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7 April

In the headlines

Dissident Republicans are plotting terrorist attacks in Northern Ireland over the Easter weekend, police have warned. A senior officer says there is “very strong” intelligence that forces will be targeted ahead of Joe Biden’s arrival in Belfast on Tuesday to mark the 25th anniversary of the Good Friday Agreement. MPs routinely under-report the cost of corporate jollies to get around rules requiring them to disclose hospitality worth £300 or more, undercover reporters have been told. “You’d be amazed at the number of times I’ve been to races,” said a laughing Scott Benton MP, “and the ticket comes to £295.” Italian politicians have proposed a new law banning the use of English words in official documents, and making the mispronunciation of “bruschetta” (it’s bru-sketta, not bru-shetta) a punishable offence. “Mamma Mia!” says the Daily Star. “Or flipping ‘eck, as we say round here.”

Eating in

Italians are running out of olive oil, says Jessica Lionnel in The New European. With harvests being hammered by hot, bone-dry weather, the mainland is on course to produce only 235,000 tonnes of the slick staple this year – almost 400,000 tonnes less than two decades ago. In Spain, Europe’s largest olive oil maker, production dropped so much in 2022 that prices rose 60%.

Quirk of history

When Margaret Thatcher was first selected for the safe Tory seat of Finchley in 1957, says Charles Moore in The Daily Telegraph, “she did not actually get quite enough votes”. The party’s constituency chairman had decided that her “charm, ambition and energy” were much greater than those of her male opponent: “He wanted the woman.” So he secretly “lost” a few votes and declared the young mother of twins the winner.


Nepal has the “only non-rectangular national flag on Earth”, says International Intrigue. It is formed of two red triangles, meant to depict the Himalayas, with white symbols representing the harmony of the sun and moon. The unusual design supposedly helps the standard “fly in low-wind conditions”.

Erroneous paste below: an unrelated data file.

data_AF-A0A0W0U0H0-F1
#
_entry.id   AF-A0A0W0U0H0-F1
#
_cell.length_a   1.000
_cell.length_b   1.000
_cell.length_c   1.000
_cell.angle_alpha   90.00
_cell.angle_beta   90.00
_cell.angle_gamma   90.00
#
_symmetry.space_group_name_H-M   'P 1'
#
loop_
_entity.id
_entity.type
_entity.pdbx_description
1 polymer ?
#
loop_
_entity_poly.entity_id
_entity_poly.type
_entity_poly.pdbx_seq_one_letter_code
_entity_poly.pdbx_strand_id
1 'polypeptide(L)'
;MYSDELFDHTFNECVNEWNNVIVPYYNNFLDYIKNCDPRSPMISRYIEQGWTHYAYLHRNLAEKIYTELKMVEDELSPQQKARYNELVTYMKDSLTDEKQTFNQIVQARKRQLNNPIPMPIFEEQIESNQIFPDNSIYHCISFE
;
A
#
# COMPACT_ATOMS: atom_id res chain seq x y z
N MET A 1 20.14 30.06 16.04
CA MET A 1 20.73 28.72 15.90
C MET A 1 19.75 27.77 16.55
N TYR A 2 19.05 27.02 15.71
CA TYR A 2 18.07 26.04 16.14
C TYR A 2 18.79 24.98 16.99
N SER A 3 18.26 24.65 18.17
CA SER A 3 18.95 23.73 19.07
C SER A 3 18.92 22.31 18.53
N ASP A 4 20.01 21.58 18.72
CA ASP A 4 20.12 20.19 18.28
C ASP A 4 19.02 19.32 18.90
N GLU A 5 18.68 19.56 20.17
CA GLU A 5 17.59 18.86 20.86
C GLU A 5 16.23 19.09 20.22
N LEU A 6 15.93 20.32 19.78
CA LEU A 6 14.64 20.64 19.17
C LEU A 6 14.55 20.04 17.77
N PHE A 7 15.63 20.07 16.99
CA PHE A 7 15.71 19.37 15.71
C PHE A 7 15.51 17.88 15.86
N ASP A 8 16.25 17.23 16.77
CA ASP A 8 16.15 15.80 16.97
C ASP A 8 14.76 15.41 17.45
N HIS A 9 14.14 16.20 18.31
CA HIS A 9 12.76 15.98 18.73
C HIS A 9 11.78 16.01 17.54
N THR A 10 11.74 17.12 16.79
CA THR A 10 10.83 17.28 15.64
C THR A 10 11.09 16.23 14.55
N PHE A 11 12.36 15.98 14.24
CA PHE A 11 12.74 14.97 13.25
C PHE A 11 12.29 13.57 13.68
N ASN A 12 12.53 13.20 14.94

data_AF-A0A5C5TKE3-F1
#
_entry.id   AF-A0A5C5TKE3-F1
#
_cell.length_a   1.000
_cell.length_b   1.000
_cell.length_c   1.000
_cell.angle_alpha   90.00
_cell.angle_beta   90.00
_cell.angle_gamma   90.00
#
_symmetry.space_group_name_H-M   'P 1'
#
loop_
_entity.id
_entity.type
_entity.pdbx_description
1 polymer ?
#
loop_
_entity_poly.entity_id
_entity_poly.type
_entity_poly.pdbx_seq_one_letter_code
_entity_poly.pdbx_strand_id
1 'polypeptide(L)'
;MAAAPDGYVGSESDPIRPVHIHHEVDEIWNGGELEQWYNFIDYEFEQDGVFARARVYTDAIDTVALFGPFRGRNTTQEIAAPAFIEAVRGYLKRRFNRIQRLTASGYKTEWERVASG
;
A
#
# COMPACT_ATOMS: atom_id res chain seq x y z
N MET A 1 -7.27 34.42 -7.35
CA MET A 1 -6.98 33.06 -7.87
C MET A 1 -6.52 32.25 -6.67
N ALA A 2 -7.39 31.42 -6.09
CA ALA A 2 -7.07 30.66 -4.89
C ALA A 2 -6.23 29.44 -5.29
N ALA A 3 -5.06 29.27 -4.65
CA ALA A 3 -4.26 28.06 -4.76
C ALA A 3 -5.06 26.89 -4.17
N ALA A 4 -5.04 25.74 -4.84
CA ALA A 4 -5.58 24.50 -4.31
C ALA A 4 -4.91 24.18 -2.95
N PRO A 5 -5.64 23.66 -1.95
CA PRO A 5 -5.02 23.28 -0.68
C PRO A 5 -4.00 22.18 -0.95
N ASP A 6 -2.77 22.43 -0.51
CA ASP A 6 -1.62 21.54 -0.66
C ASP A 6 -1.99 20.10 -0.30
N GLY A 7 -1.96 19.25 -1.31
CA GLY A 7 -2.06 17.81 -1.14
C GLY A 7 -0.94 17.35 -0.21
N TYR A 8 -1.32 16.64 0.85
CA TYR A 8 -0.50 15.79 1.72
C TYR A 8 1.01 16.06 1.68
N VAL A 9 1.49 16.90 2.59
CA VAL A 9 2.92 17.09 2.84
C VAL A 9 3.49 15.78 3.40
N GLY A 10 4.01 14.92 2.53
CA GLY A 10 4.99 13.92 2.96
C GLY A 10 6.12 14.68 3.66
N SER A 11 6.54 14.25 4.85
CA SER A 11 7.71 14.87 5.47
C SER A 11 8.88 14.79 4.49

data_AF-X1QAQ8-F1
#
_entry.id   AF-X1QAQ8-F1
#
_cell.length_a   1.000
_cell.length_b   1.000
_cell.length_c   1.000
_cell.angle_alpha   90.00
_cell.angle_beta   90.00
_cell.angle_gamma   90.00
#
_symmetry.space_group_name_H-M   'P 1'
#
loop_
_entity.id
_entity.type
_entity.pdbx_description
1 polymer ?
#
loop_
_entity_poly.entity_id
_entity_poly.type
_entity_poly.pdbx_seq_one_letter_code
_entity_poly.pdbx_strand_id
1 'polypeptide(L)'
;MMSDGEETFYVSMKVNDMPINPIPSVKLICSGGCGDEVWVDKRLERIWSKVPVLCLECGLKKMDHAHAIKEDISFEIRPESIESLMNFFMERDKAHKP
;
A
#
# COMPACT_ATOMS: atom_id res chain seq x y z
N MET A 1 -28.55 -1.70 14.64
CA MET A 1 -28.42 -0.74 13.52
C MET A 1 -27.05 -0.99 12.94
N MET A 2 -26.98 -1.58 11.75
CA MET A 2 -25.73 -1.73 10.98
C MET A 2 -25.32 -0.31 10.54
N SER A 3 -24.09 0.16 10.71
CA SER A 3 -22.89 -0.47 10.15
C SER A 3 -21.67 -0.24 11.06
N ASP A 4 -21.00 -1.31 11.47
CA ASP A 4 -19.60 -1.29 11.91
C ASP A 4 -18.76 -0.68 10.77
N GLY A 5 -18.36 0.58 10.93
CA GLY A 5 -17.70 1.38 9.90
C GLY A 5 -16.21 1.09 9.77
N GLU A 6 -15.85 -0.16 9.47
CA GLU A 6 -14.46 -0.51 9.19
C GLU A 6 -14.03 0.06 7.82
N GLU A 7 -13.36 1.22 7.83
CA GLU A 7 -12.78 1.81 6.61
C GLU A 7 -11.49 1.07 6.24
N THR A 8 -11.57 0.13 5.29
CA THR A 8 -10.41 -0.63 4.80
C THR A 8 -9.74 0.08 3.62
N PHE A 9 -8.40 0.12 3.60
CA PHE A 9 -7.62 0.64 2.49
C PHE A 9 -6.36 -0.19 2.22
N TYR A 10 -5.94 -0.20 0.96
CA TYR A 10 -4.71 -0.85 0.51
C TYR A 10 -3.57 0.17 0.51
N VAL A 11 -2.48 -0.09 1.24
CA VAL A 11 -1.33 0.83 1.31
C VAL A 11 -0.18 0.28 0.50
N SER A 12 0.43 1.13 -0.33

Tomorrow’s world

Biotechnology company Modern Synthesis has made a sustainable fabric (above) from fermented bacteria, says Dezeen. The tiny organisms are fed “waste sugars” from old fruit and veg, which they use to produce nanocellulose fibres “eight times stronger than steel and stiffer than Kevlar”. When grown on a frame, they combine to form a nylon-like fabric.

On the money

Americans typically receive just 15 days of holiday a year, says Bloomberg. But many don’t even use that paltry allowance: a new survey has found that only 48% of US workers use all their vacation days. The 52% cite anxieties about missing promotions and saddling colleagues with extra work. But the most common explanation is that they don’t feel they need a break at all.


It’s an extremely posh Easter egg. The dark-chocolate creation, flaked with gold leaf, is the brainchild of pastry chef Vincent Zanardi, who makes treats for Chelsea’s fancy Birley Bakery and the members’ clubs 5 Hertford Street and Oswald’s. They’re not cheap, at £130 a pop; those who don’t require gold leaf can opt for an unadorned version for a slightly less eye-watering £40.


quoted 7.4.23

“He is happiest, be he king or peasant, who finds peace in his home.”